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Product details

  • Paperback: 310 pages
  • Publisher: Oxford University Press; Updated Edition edition (1 Dec. 2009)
  • Language: English
  • ISBN-10: 0199729883
  • ISBN-13: 978-0199729883
  • Product Dimensions: 23.4 x 2.3 x 15.5 cm
  • Average Customer Review: 5.0 out of 5 stars  See all reviews (2 customer reviews)
  • Amazon Bestsellers Rank: 422,060 in Books (See Top 100 in Books)
  • See Complete Table of Contents

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Review

"Some books have the rare fortune to become ever more relevant, more useful, and more interesting twenty years after they were written. This books fortune involves a kind of misfortune, because the phenomena that Moral Mazes analyzes are deplorable, and we would wish that the book were no longer relevant. Originally published in 1989, Moral Mazes has been supplemented for this second edition with a long analysis of how the 'organized irresponsibility' Jackall analyzed in the 1980s has become the key to understanding our current Great Recession. ... I can think of no single book that has more opened up my sense of how to do philosophy in the last year."--Philosophical Practice"An interesting, unorthodox, and provocative book.... Better than any other I have seen, [Jackall's] study reveals the normative reality of the manager's world."-Geoffrey C. Hazard, Jr., Yale Journal on Regulation"Reformers who want to change the corporation, first must understand it. Robert Jackall's carefully researched analysis of the 'bureaucratic ethos' is one place to begin."--Ethikos"A finely honed tour of an odyssey of moral transformation, in which the actors themselves remain largely unaware of the nature of their journey. It is a brilliant work."--Troy Duster, New York University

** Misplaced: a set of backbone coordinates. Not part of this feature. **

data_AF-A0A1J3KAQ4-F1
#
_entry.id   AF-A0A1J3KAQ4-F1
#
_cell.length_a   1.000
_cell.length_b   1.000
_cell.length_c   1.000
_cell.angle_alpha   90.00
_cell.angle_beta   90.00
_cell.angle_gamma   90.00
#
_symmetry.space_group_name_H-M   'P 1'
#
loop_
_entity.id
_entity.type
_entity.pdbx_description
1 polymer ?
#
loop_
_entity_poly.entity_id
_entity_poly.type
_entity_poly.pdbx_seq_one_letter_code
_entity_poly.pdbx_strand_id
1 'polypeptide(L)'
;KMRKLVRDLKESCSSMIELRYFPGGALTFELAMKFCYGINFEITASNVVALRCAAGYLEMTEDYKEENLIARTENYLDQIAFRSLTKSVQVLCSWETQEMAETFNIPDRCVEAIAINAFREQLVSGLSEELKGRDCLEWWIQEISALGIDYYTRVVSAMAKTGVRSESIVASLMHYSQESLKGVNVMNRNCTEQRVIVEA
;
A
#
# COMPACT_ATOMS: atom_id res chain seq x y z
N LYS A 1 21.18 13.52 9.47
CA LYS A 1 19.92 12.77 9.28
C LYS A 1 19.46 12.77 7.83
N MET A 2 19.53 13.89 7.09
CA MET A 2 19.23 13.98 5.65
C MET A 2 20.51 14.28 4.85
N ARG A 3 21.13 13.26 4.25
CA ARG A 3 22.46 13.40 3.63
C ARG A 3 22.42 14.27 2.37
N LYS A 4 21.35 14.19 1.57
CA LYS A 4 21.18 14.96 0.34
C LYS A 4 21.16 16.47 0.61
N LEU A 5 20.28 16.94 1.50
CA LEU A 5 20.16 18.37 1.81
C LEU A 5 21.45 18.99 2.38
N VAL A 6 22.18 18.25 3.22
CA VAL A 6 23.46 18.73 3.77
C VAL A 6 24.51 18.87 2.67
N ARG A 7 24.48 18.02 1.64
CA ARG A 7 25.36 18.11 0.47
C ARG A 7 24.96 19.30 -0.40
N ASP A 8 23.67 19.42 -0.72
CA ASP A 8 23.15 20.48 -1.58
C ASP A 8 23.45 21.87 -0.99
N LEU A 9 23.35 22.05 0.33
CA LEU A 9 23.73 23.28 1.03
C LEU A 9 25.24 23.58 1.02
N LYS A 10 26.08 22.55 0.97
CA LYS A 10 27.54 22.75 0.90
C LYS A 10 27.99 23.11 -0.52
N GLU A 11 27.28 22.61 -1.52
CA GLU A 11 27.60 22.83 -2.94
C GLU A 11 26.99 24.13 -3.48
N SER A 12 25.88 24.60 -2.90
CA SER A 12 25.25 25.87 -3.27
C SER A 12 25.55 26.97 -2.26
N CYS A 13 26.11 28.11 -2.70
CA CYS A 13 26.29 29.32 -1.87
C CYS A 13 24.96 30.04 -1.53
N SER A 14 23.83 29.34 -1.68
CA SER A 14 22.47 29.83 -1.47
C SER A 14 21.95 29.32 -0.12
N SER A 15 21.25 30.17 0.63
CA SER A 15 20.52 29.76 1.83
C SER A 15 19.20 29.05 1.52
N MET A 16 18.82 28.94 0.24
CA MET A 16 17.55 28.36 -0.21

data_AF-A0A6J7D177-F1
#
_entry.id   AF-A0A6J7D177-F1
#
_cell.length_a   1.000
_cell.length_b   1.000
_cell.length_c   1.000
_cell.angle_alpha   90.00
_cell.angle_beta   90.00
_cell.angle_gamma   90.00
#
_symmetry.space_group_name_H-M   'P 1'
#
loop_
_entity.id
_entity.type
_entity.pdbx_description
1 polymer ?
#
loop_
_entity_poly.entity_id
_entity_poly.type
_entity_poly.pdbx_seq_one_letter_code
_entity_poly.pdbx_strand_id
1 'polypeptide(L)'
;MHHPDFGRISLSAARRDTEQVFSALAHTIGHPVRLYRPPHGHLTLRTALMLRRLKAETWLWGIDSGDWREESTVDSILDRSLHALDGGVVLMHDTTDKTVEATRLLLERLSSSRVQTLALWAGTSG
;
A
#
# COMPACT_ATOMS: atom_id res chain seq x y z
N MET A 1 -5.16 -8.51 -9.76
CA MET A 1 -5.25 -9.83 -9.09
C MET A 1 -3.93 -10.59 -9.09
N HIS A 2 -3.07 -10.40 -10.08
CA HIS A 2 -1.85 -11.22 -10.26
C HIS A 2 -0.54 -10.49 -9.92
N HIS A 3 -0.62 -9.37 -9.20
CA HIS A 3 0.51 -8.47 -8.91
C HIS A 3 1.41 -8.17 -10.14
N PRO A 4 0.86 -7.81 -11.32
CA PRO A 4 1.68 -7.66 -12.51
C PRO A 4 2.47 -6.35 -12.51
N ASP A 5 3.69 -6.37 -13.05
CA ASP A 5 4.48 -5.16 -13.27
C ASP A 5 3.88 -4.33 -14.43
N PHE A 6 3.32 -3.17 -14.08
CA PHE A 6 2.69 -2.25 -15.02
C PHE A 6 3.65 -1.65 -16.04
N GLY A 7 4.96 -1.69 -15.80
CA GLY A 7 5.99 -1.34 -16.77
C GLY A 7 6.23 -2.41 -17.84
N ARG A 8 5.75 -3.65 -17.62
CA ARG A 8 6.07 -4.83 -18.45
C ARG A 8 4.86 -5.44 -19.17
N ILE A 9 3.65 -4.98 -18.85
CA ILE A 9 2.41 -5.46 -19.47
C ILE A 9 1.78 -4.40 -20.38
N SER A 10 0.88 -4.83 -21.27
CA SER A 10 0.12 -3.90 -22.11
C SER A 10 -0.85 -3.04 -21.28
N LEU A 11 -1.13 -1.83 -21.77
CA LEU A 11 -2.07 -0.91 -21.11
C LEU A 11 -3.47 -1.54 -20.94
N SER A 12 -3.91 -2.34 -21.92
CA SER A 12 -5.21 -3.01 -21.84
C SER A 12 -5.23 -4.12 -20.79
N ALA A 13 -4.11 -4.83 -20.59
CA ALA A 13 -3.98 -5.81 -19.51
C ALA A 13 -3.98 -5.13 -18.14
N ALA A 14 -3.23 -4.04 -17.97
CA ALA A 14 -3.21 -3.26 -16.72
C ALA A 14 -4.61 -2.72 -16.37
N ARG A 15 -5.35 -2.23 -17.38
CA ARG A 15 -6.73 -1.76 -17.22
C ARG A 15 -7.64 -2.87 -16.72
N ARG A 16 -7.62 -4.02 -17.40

About the Author

Robert Jackall is the Willmott Family Third Century Professor of Sociology & Public Affairs, Williams College; author of Image Makers: Advertising, Public Relations, and the Ethos of Advocacy (Chicago, 2000), Wild Cowboys: Urban Marauders & the Forces of Order (Harvard, 1997), and Street Stories: The World of Police Detectives (Harvard, 2005).

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Format: Paperback
Robert Jackall is a sociologist by profession, currently teaching at Williams College. His book was originally published in the late `80's, based on his research of corporate life which was conducted earlier in the decade. It has recently been reissued, most fittingly so, as a "twentieth anniversary edition," with an additional 20 page chapter entitled "Moral Mazes and the Great Recession." In this chapter Jackall demonstrates how many of the characteristics of corporate life, in particular, the expedient and contextual value systems, that he identified in the early `80's were operative in both causing the "financial meltdown" of 2008, as well as in the reaction to it. He credits a noble predecessor, C. Wright Mills, for originating the phrase "organized irresponsibility" in describing corporate life, which certainly was most operative in the explanations for the financial disaster: no one was responsible, it was a "Tsunami," and we had no idea it was coming.